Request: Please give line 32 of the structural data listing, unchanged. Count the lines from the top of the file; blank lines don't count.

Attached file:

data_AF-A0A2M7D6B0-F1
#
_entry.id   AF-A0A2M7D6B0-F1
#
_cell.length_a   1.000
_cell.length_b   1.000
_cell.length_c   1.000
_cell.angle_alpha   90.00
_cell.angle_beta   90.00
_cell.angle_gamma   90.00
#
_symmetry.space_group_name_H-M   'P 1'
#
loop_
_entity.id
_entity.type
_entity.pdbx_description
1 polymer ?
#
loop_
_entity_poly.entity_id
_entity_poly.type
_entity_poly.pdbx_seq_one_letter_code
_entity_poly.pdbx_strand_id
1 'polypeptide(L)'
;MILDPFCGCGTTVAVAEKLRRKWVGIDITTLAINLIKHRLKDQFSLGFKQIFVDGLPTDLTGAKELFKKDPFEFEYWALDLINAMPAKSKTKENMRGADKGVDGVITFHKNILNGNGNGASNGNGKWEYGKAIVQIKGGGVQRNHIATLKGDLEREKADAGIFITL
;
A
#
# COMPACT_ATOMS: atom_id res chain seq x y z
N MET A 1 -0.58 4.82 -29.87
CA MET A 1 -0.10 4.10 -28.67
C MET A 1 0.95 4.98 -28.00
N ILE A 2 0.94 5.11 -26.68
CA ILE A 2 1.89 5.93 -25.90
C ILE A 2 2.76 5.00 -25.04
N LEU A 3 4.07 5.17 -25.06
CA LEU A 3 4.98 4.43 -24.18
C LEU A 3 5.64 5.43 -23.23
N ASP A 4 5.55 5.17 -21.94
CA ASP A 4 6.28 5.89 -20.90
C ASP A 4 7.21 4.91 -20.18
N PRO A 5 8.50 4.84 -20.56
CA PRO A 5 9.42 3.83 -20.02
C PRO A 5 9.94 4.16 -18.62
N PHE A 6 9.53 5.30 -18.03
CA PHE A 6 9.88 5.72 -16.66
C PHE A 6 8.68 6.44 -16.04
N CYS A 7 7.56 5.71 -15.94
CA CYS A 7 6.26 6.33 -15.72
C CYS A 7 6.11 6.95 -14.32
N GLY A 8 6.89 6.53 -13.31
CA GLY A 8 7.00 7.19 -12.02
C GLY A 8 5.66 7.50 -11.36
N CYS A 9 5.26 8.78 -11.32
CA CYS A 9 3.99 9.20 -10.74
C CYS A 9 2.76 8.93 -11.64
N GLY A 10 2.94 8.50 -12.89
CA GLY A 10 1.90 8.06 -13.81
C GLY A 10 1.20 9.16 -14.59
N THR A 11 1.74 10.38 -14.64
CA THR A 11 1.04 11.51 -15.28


CA MET A 1 -0.10 4.10 -28.67